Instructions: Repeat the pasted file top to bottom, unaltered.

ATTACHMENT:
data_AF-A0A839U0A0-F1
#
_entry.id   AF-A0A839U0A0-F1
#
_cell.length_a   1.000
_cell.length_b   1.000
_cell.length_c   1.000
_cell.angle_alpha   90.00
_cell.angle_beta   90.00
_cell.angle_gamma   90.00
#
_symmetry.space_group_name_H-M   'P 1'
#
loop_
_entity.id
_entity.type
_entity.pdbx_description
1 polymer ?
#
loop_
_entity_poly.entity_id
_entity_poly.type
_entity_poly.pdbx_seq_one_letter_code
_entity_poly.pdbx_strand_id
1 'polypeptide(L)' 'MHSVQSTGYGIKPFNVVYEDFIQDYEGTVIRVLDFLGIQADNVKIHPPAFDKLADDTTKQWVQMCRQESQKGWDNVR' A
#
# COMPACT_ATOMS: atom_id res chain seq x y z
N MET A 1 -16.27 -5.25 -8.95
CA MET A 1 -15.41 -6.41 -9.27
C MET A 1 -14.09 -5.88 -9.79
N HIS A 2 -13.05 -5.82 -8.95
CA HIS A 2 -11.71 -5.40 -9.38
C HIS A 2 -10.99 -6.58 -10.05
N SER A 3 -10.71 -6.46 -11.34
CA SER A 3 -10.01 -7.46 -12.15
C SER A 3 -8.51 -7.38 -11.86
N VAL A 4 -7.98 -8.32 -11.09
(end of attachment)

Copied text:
data_AF-A0A839U0A0-F1
#
_entry.id   AF-A0A839U0A0-F1
#
_cell.length_a   1.000
_cell.length_b   1.000
_cell.length_c   1.000
_cell.angle_alpha   90.00
_cell.angle_beta   90.00
_cell.angle_gamma   90.00
#
_symmetry.space_group_name_H-M   'P 1'
#
loop_
_entity.id
_entity.type
_entity.pdbx_description
1 polymer ?
#
loop_
_entity_poly.entity_id
_entity_poly.type
_entity_poly.pdbx_seq_one_letter_code
_entity_poly.pdbx_strand_id
1 'polypeptide(L)' 'MHSVQSTGYGIKPFNVVYEDFIQDYEGTVIRVLDFLGIQADNVKIHPPAFDKLADDTTKQWVQMCRQESQKGWDNVR' A
#
# COMPACT_ATOMS: atom_id res chain seq x y z
N MET A 1 -16.27 -5.25 -8.95
CA MET A 1 -15.41 -6.41 -9.27
C MET A 1 -14.09 -5.88 -9.79
N HIS A 2 -13.05 -5.82 -8.95
CA HIS A 2 -11.71 -5.40 -9.38
C HIS A 2 -10.99 -6.58 -10.05
N SER A 3 -10.71 -6.46 -11.34
CA SER A 3 -10.01 -7.46 -12.15
C SER A 3 -8.51 -7.38 -11.86
N VAL A 4 -7.98 -8.32 -11.09